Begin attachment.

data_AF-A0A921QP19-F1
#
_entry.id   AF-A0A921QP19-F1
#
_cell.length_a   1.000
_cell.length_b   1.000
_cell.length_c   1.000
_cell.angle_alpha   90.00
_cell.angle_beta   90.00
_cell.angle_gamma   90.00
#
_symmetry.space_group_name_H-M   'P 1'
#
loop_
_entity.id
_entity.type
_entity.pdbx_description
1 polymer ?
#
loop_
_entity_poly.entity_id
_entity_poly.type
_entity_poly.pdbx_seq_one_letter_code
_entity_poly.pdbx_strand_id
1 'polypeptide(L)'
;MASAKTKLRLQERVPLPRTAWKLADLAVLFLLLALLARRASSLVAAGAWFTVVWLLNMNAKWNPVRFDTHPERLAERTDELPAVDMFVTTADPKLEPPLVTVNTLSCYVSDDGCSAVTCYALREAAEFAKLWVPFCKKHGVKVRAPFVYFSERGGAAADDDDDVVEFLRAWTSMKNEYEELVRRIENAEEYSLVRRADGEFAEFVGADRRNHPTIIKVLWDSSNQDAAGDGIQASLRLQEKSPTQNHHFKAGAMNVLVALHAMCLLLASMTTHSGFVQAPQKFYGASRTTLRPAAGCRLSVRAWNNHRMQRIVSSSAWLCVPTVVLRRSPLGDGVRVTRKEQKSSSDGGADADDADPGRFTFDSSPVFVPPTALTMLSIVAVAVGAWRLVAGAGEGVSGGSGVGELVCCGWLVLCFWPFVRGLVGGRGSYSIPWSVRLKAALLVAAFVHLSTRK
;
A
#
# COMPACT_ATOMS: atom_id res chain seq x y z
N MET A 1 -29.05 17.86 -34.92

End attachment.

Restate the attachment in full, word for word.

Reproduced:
data_AF-A0A921QP19-F1
#
_entry.id   AF-A0A921QP19-F1
#
_cell.length_a   1.000
_cell.length_b   1.000
_cell.length_c   1.000
_cell.angle_alpha   90.00
_cell.angle_beta   90.00
_cell.angle_gamma   90.00
#
_symmetry.space_group_name_H-M   'P 1'
#
loop_
_entity.id
_entity.type
_entity.pdbx_description
1 polymer ?
#
loop_
_entity_poly.entity_id
_entity_poly.type
_entity_poly.pdbx_seq_one_letter_code
_entity_poly.pdbx_strand_id
1 'polypeptide(L)'
;MASAKTKLRLQERVPLPRTAWKLADLAVLFLLLALLARRASSLVAAGAWFTVVWLLNMNAKWNPVRFDTHPERLAERTDELPAVDMFVTTADPKLEPPLVTVNTLSCYVSDDGCSAVTCYALREAAEFAKLWVPFCKKHGVKVRAPFVYFSERGGAAADDDDDVVEFLRAWTSMKNEYEELVRRIENAEEYSLVRRADGEFAEFVGADRRNHPTIIKVLWDSSNQDAAGDGIQASLRLQEKSPTQNHHFKAGAMNVLVALHAMCLLLASMTTHSGFVQAPQKFYGASRTTLRPAAGCRLSVRAWNNHRMQRIVSSSAWLCVPTVVLRRSPLGDGVRVTRKEQKSSSDGGADADDADPGRFTFDSSPVFVPPTALTMLSIVAVAVGAWRLVAGAGEGVSGGSGVGELVCCGWLVLCFWPFVRGLVGGRGSYSIPWSVRLKAALLVAAFVHLSTRK
;
A
#
# COMPACT_ATOMS: atom_id res chain seq x y z
N MET A 1 -29.05 17.86 -34.92